Which height is right for me?

Two things are important for the Wave Stool to work:

Having most of your torso weight supported under your ‘seat bones’ at the bottom of the pelvis, rather than under the thighs. This helps you sit upright. If the seat is too high it will put more pressure under your thighs near the front of the seat (you won’t be able to put your heels firmly on the floor).

Having your thighs sloping down at slight angle of 5 to 10 degrees. This also makes it easier for most people to sit upright. If the seat is too low your thighs will not slope.

If at all possible, whatever chair you use -
Your desk can be adapted or replaced if necessary, but your back cannot be replaced, so give it the best care you can.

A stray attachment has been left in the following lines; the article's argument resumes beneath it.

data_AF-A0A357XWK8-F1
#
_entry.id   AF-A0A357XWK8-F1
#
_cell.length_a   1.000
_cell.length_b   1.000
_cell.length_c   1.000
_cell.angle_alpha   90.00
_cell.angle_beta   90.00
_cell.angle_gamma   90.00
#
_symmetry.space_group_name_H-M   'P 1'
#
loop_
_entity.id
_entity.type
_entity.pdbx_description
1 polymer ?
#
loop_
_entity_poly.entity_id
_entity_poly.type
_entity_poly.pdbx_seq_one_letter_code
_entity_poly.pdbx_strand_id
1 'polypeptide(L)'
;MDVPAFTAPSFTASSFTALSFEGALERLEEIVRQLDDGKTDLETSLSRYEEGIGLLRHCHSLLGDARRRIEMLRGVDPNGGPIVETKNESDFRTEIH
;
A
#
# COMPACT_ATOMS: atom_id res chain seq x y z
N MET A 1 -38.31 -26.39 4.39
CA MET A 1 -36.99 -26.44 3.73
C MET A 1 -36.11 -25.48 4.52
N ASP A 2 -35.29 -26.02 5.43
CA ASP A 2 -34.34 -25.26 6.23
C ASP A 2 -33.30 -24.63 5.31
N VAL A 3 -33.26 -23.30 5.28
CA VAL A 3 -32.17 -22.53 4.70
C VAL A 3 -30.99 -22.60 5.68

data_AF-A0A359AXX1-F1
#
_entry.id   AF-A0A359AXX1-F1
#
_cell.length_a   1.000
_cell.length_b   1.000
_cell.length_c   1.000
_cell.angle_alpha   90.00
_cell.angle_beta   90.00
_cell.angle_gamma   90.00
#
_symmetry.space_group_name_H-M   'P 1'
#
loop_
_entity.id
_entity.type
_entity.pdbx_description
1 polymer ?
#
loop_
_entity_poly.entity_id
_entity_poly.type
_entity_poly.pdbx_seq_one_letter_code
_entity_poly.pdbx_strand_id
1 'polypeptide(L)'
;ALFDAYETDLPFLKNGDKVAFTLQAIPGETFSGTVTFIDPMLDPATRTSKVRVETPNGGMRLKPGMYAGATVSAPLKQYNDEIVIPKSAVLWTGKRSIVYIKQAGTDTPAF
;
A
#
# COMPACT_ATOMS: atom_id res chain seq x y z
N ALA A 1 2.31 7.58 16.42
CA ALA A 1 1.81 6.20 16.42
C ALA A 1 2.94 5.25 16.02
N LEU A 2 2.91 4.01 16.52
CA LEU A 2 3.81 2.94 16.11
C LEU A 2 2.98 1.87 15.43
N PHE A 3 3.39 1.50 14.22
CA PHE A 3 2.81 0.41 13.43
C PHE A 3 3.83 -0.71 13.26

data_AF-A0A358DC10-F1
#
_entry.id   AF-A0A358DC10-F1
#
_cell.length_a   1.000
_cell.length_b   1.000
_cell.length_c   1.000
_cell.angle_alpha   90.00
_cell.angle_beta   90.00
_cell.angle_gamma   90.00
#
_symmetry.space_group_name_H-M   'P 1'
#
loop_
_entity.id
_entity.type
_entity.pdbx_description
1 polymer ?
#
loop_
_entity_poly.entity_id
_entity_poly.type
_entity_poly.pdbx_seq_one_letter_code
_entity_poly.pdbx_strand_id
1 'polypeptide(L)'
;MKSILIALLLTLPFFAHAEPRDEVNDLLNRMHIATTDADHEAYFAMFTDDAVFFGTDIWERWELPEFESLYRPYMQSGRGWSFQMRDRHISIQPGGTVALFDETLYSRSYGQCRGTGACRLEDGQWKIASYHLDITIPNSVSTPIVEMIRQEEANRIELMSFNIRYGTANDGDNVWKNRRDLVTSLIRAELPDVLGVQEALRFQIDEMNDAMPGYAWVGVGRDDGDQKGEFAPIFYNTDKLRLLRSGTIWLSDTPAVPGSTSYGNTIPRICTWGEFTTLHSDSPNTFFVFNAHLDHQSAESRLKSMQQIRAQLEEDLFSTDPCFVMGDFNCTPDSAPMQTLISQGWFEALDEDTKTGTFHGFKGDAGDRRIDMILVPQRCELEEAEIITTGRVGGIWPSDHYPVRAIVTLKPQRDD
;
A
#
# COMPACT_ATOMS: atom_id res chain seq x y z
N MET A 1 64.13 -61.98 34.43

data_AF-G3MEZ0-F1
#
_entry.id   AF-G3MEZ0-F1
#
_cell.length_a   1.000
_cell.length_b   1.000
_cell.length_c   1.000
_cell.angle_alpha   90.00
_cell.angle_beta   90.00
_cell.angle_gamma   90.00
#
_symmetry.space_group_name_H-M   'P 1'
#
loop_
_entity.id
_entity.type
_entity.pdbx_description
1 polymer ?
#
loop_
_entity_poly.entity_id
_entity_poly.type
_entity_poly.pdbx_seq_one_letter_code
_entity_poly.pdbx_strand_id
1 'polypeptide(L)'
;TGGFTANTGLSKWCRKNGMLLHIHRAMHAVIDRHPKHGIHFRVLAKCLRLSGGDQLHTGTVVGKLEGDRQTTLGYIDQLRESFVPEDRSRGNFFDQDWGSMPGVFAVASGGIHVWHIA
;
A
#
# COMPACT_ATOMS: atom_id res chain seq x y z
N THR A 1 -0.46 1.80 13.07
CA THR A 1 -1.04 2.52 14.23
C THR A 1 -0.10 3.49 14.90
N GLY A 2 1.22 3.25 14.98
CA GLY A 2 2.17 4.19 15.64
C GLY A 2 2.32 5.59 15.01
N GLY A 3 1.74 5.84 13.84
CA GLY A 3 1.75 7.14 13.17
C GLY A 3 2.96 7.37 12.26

(If you simply have to sit at a high surface, or share a stool (see booster cushion), you can use a stool one size higher. By sitting towards the front of the seat you can tip it to a steeper angle, relieving the pressure on your thighs. You won’t be as comfortable sitting at the back of the seat for long periods.)

If you can borrow a wave stool go to Find your height using a borrowed wave stool

If you can't borrow a wave stool use this guide:

Your Height Stool Model Stool Height Desk Height
5’2” to 5’9” Medium 48cm suits a normal desk (about 69 to 74cm)
5’9” to 6’2” Tall 52cm suits a normal desk (about 69 to 74cm)

The stool is measured to the top of the upholstery at the front edge

This guide works for people of average proportions wearing flat shoes (lower leg length is difficult to measure accurately, but is closely related to your height).

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If you have long legs, or usually wear heels, and are 1" or 2" below the above heights, choose the next stool up.
If you have shorter legs, or usually sit with barefoot, and are 1" or 2" above the above heights, choose the next stool down.

Still not sure which height? Use a chair to simulate a wave stool

See also Tips to improve your workplace comfort